While troubling, this is not unprecedented: the Faceook like button constitutes a very similar privacy problem — Facebook sees you whenever you visit any page with the like button (or another social plugin) installed, even if you don’t click the like button.[3] Facebook bowed to pressure from privacy advocates and agreed to delete the logs from social plugins after 90 days; I would like to see the same policy applied to Instant Personalization logs as well.

4. Third parties could get your clickstream. Normally, an Instant Personalization partner can only see your clicks on their own site. However, think of an Instant Personalization partner whose product is a social widget or an analytics plugin that is intended to be installed on many client sites. From a technical perspective, loading a page or widget in an iframe is not fundamentally different from visiting the site directly. That means it is feasible for an Instant Personalization partner with a social widget to monitor your clicks — tied to your real identity, of course — on all sites with the widget installed.[4]

5. Lack of enforcement. So far I have described the lack of technological barriers to various types of misuse and abuse of Instant Personalization. However, Facebook contractually prohibits partners from misusing the data. The natural question is whether this is effective.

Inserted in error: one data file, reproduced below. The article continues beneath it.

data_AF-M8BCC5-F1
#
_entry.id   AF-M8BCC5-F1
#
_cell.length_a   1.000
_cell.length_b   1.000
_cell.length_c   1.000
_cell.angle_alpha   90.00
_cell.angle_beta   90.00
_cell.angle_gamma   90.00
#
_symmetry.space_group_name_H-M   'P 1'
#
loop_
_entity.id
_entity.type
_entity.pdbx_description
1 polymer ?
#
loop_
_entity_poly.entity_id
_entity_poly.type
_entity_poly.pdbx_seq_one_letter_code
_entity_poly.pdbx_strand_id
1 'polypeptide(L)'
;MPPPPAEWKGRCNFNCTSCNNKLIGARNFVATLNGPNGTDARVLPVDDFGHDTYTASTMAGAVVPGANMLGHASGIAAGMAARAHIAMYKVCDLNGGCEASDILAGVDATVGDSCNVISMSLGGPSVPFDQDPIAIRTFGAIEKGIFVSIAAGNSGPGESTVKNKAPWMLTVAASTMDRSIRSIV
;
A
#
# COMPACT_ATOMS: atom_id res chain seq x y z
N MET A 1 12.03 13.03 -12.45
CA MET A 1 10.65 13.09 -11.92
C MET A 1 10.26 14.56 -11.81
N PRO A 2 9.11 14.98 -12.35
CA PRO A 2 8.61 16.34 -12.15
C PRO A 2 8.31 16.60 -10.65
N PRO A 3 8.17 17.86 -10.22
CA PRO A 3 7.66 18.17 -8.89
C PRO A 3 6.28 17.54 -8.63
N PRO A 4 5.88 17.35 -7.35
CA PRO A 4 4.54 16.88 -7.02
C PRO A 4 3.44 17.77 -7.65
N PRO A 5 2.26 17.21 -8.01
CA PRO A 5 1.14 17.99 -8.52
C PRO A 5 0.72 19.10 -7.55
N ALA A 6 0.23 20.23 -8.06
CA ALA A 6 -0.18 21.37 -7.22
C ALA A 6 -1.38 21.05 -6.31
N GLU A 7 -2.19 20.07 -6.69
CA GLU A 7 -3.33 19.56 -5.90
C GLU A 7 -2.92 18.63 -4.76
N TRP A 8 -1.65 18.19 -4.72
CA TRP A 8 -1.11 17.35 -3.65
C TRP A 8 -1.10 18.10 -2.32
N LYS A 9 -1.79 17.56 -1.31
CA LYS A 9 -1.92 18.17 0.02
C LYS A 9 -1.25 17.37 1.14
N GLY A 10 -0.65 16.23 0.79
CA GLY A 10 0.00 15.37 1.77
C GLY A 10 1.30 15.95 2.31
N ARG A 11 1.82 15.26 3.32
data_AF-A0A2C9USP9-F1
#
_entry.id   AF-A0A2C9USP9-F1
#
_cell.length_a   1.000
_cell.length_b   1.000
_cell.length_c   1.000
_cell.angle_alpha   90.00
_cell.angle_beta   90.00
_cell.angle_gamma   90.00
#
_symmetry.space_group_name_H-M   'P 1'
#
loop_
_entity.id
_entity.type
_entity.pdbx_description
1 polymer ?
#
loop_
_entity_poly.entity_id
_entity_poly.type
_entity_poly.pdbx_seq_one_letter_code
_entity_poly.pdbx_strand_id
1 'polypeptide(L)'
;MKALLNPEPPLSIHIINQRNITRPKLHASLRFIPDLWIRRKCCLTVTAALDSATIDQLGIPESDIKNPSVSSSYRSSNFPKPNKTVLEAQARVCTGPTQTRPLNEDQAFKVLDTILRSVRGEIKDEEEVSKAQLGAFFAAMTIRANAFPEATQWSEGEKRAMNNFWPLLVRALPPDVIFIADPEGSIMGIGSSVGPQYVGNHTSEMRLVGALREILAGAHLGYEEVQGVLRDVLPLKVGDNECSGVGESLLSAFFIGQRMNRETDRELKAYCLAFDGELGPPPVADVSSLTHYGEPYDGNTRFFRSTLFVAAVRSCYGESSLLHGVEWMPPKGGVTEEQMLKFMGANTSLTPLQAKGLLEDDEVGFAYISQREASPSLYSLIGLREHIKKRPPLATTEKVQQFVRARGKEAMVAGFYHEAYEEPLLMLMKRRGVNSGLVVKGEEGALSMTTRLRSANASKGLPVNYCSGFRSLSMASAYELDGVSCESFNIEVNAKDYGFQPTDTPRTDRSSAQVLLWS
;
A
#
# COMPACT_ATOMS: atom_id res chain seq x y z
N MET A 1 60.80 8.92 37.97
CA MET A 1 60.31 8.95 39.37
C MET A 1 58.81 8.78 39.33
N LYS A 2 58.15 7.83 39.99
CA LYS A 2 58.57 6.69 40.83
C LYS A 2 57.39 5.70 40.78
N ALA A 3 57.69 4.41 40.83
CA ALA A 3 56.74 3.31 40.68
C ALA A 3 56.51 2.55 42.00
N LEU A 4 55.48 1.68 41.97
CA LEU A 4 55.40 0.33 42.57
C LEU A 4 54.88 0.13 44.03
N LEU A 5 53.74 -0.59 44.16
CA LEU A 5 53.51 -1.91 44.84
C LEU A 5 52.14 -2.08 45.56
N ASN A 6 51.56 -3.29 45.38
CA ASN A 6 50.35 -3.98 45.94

It is too early to tell yet, because there are currently only five partners. To predict how things will turn out once numerous startups — without the resources or incentive for security testing and privacy compliance — get on board, we can look to the track-record of Facebook’s third party application platform. As you may recall, this has been rather poor, with enforcement of Terms of Service violations being haphazard at best.

Mitigation. In my opinion these flaws are inherent, and I don’t think Instant Personalization will turn out well from a security and privacy perspective. User expectations are not malleable, cross-site scripting bugs will always exist, there will soon be too many partner sites to monitor closely, and some of them will look for ways to push the boundaries of what they can do.

However, there are two things Facebook can do to mitigate the extent of the damage. The first is to make public both the technical specification and the Terms of Use of the Instant Personalization program, so that there can be some independent monitoring of bugs and policy violations. The second is to commit resources to ToS enforcement — Facebook needs to signal that their enforcement efforts have some teeth, and that there will be penalties for partners with buggy sites or noncompliant data use practices.

[1] YCombinator-funded companies will get “priority access” to various Facebook technologies including “Facebook Credits, Instant Personalization and upcoming beta features”. Interestingly, Instant Personalization seems to be the feature that YCombinator is most interested in.

[2] Yelp.com was also found vulnerable to a cross-site scripting bug soon after Instant Personalization launch. This means the majority of partner sites — 3 out of 5 — have had vulnerabilities that compromise Instant Personalization.

[3] In Instant Personalization, Facebook and the partner site communicate invisibly in the background each time the user visits a page on the partner site; in this way the mechanism is different from social widgets.

[4] Large-scale clickstream data is prone to misuse in various ways: government coercion, hacking, or being purchased as part of bankruptcy settlements (expecially when we’re talking about startups).